The faceting of a growing crystal is theoretically investigated by a continuum model including the incorporation kinetics of adatoms. This allows us for predictions beyond a simple Wulff analysis which typically refers to faceted morphologies in terms of the equilibrium crystal shape for crystals with an anisotropic surface-energy, or to steady-state kinetic shape when the crystals grow with orientation-dependent velocities. A phase-field approach is implemented in order to account simultaneously for these contributions in two- and three dimensions reproducing realistic kinetic pathways for the morphological evolution of crystal surfaces during growth. After a systematic characterization of the faceting determined by orientation-dependent incorporation times, several different crystal morphologies are found by tuning the relative weights of thermodynamic and kinetic driving forces. Applications to realistic systems are finally reported showing the versatility of the proposed approach and demonstrating the key role played by the incorporation dynamics in out-of-equilibrium growth processes.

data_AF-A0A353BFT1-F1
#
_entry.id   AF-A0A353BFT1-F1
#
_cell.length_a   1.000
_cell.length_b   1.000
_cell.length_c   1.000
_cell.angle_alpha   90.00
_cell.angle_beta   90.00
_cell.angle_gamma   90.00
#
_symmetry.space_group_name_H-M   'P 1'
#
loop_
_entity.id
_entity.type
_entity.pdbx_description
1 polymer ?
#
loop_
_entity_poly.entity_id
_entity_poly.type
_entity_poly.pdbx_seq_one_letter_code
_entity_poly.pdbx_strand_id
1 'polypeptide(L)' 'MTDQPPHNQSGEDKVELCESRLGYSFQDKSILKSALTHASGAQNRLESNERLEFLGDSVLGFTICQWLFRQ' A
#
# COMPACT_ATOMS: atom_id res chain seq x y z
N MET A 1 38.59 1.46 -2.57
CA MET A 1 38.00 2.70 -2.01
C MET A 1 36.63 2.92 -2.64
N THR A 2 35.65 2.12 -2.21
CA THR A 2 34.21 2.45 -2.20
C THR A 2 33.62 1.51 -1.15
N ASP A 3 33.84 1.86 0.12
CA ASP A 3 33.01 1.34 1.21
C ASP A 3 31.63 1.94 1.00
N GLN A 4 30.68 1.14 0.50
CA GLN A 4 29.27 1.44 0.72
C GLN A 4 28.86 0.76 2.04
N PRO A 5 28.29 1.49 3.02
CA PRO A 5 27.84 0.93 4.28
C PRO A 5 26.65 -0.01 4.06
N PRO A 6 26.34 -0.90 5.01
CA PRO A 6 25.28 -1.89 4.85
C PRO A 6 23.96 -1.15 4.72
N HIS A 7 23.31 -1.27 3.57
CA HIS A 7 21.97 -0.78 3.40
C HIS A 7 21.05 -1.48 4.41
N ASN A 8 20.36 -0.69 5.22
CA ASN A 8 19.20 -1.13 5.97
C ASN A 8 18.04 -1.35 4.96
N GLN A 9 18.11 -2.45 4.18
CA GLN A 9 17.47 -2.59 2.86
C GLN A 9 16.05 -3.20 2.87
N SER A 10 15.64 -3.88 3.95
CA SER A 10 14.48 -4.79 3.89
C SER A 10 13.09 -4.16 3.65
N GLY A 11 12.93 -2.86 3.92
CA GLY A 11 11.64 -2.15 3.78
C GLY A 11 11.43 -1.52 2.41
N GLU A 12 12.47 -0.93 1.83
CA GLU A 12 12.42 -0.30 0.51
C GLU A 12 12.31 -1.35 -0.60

|Number of pages||10|
|Journal||Physica Status Solidi (B): Basic Research|
|Publication status||Published - Jul 2019|
- crystal faceting, incorporation time, kinetics, phase-field, surface diffusion, VECTOR THERMODYNAMICS, ANISOTROPIC SURFACES, ANGLE DEPOSITION, EVOLUTION, EPITAXY, FILMS, FUNDAMENTALS, EQUILIBRIUM